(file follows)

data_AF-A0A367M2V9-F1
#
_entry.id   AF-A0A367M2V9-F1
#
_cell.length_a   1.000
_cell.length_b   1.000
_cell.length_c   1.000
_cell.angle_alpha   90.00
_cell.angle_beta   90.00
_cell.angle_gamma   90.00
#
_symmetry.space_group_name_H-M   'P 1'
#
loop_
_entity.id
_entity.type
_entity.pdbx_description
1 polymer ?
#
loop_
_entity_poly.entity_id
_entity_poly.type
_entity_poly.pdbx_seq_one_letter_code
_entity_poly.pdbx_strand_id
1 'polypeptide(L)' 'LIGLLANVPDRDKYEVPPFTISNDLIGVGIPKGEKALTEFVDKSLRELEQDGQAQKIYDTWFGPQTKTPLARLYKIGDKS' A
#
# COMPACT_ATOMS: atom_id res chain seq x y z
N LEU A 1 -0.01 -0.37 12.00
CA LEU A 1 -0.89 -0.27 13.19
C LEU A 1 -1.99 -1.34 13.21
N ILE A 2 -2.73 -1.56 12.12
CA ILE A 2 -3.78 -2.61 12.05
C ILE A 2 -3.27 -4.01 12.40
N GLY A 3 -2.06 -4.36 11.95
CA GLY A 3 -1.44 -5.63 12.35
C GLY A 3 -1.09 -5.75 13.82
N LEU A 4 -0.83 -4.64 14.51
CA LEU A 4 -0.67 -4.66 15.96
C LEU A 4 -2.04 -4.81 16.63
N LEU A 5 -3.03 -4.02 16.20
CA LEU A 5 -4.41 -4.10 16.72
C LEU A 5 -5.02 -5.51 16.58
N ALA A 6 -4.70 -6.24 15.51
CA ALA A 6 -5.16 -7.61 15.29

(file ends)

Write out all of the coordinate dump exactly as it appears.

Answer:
data_AF-A0A367M2V9-F1
#
_entry.id   AF-A0A367M2V9-F1
#
_cell.length_a   1.000
_cell.length_b   1.000
_cell.length_c   1.000
_cell.angle_alpha   90.00
_cell.angle_beta   90.00
_cell.angle_gamma   90.00
#
_symmetry.space_group_name_H-M   'P 1'
#
loop_
_entity.id
_entity.type
_entity.pdbx_description
1 polymer ?
#
loop_
_entity_poly.entity_id
_entity_poly.type
_entity_poly.pdbx_seq_one_letter_code
_entity_poly.pdbx_strand_id
1 'polypeptide(L)' 'LIGLLANVPDRDKYEVPPFTISNDLIGVGIPKGEKALTEFVDKSLRELEQDGQAQKIYDTWFGPQTKTPLARLYKIGDKS' A
#
# COMPACT_ATOMS: atom_id res chain seq x y z
N LEU A 1 -0.01 -0.37 12.00
CA LEU A 1 -0.89 -0.27 13.19
C LEU A 1 -1.99 -1.34 13.21
N ILE A 2 -2.73 -1.56 12.12
CA ILE A 2 -3.78 -2.61 12.05
C ILE A 2 -3.27 -4.01 12.40
N GLY A 3 -2.06 -4.36 11.95
CA GLY A 3 -1.44 -5.63 12.35
C GLY A 3 -1.09 -5.75 13.82
N LEU A 4 -0.83 -4.64 14.51
CA LEU A 4 -0.67 -4.66 15.96
C LEU A 4 -2.04 -4.81 16.63
N LEU A 5 -3.03 -4.02 16.20
CA LEU A 5 -4.41 -4.10 16.72
C LEU A 5 -5.02 -5.51 16.58
N ALA A 6 -4.70 -6.24 15.51
CA ALA A 6 -5.16 -7.61 15.29